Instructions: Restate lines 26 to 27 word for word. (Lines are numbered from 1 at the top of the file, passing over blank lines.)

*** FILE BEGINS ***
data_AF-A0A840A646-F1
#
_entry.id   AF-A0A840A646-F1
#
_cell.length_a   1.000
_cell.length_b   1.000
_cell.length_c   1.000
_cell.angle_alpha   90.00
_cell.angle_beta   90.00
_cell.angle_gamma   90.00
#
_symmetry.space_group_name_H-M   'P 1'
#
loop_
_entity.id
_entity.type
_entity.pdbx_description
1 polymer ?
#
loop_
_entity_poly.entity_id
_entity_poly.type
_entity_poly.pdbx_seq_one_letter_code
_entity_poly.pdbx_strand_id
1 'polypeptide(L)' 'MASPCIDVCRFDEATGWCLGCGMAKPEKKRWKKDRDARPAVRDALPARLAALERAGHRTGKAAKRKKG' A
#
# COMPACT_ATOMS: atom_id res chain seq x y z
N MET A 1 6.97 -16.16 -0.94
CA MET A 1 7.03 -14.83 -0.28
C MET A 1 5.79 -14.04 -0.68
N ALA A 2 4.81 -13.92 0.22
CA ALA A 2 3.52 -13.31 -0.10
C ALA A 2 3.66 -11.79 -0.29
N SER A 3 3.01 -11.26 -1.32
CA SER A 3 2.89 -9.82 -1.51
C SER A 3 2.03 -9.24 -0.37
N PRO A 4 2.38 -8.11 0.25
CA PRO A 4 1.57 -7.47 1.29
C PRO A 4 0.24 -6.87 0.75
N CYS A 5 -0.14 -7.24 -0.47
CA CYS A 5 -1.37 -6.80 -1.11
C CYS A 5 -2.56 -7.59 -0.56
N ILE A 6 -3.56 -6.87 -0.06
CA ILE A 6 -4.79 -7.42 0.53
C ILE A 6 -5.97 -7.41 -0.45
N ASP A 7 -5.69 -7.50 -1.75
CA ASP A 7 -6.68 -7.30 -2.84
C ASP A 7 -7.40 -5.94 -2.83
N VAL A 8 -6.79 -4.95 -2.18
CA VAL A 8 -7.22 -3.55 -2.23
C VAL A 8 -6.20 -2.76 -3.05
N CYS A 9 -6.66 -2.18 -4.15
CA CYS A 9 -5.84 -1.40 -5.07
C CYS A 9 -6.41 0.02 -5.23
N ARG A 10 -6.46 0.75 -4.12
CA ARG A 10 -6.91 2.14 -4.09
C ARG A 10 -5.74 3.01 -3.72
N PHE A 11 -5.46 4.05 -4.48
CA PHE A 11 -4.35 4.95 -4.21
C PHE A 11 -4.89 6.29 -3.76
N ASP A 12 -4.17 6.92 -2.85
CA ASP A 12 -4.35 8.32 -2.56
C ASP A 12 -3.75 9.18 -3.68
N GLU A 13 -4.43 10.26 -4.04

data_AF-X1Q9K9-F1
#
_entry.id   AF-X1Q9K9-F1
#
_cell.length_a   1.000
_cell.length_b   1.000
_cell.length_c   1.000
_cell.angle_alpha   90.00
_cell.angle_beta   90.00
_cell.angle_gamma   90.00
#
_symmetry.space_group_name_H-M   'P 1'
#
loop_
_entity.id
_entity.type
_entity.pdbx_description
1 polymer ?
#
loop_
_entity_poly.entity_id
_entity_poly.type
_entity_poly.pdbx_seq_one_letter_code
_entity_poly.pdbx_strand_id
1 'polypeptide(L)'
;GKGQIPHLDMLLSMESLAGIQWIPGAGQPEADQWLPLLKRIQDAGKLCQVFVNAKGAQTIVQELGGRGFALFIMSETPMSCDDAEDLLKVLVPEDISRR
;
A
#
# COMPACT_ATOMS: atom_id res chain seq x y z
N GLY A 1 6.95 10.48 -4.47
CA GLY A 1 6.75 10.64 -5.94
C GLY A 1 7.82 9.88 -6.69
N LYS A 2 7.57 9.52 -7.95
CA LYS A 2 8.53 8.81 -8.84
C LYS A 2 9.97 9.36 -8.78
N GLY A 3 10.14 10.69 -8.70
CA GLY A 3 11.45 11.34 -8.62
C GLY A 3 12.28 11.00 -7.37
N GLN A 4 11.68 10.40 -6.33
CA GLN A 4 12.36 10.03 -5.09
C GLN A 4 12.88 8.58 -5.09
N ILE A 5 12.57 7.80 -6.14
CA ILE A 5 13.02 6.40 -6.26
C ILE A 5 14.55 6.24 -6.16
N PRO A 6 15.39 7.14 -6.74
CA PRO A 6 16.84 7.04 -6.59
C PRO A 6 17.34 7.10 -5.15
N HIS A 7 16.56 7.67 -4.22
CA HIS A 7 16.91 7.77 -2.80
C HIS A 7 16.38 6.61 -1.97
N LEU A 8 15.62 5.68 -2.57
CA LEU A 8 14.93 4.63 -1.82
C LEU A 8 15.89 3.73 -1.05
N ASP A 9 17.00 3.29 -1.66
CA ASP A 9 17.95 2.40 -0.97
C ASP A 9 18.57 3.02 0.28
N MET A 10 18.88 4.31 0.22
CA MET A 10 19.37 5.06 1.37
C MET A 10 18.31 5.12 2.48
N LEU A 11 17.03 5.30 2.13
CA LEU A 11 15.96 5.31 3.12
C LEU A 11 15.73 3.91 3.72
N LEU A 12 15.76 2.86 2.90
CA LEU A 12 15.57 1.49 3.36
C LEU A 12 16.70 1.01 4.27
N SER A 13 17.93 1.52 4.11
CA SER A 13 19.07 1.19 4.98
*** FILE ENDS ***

#
# COMPACT_ATOMS: atom_id res chain seq x y z